The other day I sang a duet with someone. It was Picture by Sheryl Crow and Kid Rock. Of course, we did a fabulous job; thank you for asking.
However, as I sang the line, “I wish I had a good girl to miss me,” I was reminded of a past conversation. An acquaintance of mine once tried to convince me that if he could just find a good woman, then he’d have a reason to change his ways and straighten his life around.
I remember thinking about his argument and even debating with him that he should do these things for himself, not rely on the existence of another person to make them manifest. I held the position that if he wouldn’t do this for himself, then his effort would be good at first but eventually, after the novelty and chivalry had worn off, he would revert back to who he wanted to be for himself – and if that wasn’t “the straightened out person” then he would go back to his old bad habits.
I thought about myself after singing the song – clearly with the memory of the above-stated conversation fresh on my mind. How often do I hope for another person or a particular event to occur to excuse fixing things I know I should? And while using an excuse to start isn’t necessarily bad, the action and desire must be for me to improve who I am – not to provide an appearance nor to be for a temporary duration.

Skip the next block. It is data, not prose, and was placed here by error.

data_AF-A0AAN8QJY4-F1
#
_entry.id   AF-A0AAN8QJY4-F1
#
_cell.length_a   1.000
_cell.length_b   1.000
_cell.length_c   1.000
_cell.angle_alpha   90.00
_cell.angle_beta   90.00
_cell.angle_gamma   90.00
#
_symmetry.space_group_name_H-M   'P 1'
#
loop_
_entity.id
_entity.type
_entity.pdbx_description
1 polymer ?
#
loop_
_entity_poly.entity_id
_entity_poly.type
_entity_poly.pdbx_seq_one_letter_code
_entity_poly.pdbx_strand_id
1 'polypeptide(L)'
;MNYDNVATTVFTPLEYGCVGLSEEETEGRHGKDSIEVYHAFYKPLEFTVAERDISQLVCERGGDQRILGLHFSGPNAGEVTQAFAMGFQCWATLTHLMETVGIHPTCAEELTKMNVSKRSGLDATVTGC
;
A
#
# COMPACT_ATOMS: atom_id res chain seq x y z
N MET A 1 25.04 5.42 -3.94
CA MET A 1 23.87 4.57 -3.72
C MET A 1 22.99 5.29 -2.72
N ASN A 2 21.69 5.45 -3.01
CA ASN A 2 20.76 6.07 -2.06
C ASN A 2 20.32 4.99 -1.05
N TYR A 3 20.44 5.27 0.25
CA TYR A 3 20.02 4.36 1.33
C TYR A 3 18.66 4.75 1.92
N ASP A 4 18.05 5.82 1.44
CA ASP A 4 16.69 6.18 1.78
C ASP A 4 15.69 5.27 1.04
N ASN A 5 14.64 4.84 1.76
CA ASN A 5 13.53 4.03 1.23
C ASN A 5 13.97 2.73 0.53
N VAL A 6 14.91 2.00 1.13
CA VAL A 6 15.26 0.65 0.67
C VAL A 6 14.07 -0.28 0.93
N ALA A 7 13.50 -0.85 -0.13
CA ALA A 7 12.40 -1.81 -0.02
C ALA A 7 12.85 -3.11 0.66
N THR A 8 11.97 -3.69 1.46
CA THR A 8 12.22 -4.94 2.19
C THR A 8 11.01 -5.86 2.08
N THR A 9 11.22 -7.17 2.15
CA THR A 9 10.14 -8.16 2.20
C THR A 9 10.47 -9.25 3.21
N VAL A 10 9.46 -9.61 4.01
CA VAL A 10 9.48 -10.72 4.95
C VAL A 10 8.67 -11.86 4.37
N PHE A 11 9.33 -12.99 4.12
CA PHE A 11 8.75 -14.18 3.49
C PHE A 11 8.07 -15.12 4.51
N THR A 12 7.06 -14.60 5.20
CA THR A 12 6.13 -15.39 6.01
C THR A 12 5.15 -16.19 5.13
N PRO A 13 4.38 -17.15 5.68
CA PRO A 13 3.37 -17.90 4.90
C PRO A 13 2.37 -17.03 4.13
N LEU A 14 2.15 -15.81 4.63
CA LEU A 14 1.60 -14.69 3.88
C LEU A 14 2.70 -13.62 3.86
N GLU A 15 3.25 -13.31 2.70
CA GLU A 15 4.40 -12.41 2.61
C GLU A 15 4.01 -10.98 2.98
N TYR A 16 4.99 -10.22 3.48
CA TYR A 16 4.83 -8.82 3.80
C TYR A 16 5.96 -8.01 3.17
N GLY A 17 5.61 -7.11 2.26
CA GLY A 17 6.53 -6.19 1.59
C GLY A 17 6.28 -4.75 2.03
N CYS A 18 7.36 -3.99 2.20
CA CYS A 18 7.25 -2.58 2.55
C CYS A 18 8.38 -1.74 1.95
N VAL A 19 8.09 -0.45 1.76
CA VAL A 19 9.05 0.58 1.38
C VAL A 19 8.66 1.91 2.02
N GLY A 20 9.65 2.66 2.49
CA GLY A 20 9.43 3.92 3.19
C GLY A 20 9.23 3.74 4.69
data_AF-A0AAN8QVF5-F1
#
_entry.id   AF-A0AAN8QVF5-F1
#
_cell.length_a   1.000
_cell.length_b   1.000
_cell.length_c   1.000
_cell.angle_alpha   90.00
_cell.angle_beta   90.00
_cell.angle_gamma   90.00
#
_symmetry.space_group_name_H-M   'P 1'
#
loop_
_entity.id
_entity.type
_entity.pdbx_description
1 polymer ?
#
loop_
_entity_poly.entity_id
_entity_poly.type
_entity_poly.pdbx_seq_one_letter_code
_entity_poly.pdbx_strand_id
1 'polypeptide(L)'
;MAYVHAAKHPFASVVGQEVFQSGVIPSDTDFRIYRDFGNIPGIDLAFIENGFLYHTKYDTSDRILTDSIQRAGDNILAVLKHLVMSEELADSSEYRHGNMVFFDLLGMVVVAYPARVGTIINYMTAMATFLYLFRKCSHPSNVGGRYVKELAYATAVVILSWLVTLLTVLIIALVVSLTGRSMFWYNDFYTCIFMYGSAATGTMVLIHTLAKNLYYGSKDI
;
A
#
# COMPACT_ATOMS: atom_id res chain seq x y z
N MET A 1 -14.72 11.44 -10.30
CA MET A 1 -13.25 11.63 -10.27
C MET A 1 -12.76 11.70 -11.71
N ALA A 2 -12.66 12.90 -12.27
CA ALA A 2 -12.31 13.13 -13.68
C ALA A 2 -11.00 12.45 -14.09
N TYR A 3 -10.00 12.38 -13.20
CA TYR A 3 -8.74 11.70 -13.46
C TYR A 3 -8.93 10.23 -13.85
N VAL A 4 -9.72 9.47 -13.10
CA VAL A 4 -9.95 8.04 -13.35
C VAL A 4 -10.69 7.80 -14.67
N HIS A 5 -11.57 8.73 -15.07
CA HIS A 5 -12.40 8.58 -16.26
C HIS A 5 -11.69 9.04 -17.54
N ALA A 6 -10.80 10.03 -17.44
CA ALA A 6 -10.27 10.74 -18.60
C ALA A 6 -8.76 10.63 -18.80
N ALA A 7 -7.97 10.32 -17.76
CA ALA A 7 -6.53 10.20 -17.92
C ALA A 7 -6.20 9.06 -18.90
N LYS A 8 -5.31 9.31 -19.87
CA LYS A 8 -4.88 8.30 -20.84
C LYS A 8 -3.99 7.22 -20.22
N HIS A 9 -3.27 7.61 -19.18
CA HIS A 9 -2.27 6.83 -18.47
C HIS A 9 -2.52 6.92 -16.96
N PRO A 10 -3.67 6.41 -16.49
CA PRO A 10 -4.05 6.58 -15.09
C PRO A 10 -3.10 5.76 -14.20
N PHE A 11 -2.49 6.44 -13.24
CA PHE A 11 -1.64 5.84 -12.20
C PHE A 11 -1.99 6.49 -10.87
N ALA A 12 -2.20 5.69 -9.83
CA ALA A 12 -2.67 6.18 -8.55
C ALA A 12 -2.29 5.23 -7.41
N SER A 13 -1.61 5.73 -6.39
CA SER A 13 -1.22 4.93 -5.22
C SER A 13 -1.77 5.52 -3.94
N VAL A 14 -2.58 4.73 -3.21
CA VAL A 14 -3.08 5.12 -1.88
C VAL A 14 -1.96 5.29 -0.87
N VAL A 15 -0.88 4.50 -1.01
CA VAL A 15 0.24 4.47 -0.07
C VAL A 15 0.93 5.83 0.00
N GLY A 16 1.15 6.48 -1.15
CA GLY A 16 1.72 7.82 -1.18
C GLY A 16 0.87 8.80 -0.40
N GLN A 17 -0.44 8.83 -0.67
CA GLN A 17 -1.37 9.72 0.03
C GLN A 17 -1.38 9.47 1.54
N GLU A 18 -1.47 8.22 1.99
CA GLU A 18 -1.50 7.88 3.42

As most nutritionist tell us: It is not a diet but rather a life-style change. If we diet, then we shed the unwanted weight for a while, but it comes back. If we change how we eat routinely, then the weight is more likely to stay off.
So it must be the same in our personal lives, work habits, moral practice and emotional decisions; otherwise, the weight and burdens return. We must satisfy that one person we are guaranteed to live with for our entire lives: our own self. Any other reason is denial.
Ironically, the next song for me to sing was I Can't Get No Satisfaction by the Rolling Stones.